Every now and then vinyl makes a comeback, and nobody really knows why.
Thinking logically, someone wanting the greatest music clarity would veer toward the crisp, clear, perfection of the digital world and just buy a compact disc or download an MP3.
But vinyl records seem to have a hold on music lovers. When 8-tracks went the way of the dinosaurs, nobody cared. And not that many people cared when audio cassettes went bye-bye.
But vinyl is somehow different. And that difference is being celebrated in the sixth annual Record Store Day, a national recognition of the independent record store. The event takes pace Sat., April 20.
“It’s like the entire week of Christmas in one day,” said Darin Chase, proprietor of Watts Music in Novato. “It’s awesome. It’s our biggest shopping day of the year.”
Watts Music is getting into the spirit of the big day by offering bags of swag, free goodies to customers, and they’ll be spinning vinyl all day in the shop.
“Vinyl sales are getting bigger and bigger,” Chase said, adding that some customers are recapturing their youth while many are youthful.
Chase has a theory about vinyl records and how they differ from CDs, tapes and downloads. “When you play a record, you stop the world and listen to it,” he says. “You stop and listen.”
He said there’s a benefit to hearing the tracks in the order that the artist created, along with perusing the liner notes, admiring the album cover and settling into the musical experience. Whereas, many downloaded songs and CDs are played in the car or at a gym and given only a fraction of attention.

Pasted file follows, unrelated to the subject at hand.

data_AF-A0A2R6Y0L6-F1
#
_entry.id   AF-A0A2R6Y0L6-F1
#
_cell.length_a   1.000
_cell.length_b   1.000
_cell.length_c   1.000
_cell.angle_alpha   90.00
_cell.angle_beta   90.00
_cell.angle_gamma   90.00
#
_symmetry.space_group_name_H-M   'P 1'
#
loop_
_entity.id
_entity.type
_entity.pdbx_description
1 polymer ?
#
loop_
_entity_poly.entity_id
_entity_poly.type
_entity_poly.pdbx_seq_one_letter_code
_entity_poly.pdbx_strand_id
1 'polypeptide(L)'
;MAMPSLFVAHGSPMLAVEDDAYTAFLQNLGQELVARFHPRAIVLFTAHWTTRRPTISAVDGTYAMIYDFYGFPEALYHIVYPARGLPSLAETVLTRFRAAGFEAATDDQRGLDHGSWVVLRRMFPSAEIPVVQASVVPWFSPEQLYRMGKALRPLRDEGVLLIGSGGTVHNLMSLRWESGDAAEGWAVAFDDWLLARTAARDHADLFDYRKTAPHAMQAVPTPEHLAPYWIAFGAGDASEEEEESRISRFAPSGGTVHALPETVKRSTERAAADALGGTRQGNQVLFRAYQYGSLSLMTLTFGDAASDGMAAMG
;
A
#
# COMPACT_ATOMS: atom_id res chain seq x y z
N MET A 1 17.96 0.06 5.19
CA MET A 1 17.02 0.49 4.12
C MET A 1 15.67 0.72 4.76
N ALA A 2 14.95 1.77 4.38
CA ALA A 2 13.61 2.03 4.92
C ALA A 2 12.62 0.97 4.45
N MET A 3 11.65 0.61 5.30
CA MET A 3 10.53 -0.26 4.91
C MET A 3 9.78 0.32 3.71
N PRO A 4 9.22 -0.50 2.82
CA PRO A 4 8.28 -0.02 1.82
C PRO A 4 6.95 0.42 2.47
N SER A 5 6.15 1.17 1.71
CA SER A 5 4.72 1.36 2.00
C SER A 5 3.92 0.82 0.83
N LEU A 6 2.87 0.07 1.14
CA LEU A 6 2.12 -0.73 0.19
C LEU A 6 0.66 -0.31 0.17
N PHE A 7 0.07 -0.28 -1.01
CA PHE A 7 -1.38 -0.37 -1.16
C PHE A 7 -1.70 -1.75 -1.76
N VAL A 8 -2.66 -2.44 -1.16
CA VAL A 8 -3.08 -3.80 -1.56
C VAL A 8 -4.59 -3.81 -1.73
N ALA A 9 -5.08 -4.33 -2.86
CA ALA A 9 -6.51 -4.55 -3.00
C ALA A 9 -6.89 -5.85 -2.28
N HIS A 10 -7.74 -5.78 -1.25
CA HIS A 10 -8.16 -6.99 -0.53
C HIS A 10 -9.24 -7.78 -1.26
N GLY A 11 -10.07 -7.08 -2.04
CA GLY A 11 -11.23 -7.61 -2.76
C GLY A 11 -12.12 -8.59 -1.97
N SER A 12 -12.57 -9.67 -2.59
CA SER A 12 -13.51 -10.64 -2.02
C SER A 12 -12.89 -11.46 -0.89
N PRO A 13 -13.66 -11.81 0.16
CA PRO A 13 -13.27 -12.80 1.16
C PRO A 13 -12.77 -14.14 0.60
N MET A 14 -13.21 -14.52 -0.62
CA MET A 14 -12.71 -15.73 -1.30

Record Store Day was conceived in 2007 at a gathering of independent record store owners and employees as a way to celebrate and spread the word about the unique culture surrounding over 700 independently owned record stores in the US and thousands of similar stores internationally.
Chase said this year’s timing is ideal, as there are 400 titles coming out that day.
His goal, he said, is that people leave the store happy.
The founders of Record Store Day called upon some pop and rock luminaries to add their perspective.
There’s nothing as glamorous to me as a record store … This is why I’m more than happy to support Record Store Day and I hope that these kinds of stores will be there for us all for many years to come,” said Paul McCartney.
"Record stores keep the human social contact alive it brings people together. Without the independent record stores the community breaks down with everyone sitting in front of their computers,” said Ziggy Marley.
“It’s important to keep indie record stores alive because their unique environments introduce music lovers to things in a very personal way,” said Norah Jones.
“The indie record stores are the backbone of the recorded music culture. It's where we go to network, browse around, and find new songs to love. The stores whose owners and staff live for music have spread the word about exciting new things faster and with more essence than either radio or the press. Any artist that doesn't support the wonderful ma and pa record stores across America is contributing to our own extinction,” said Joan Jett, who, by the way, broke the Marin County Fair record for audience size a few years ago.
Watts Music is located at 1211 Grant Ave, Novato.
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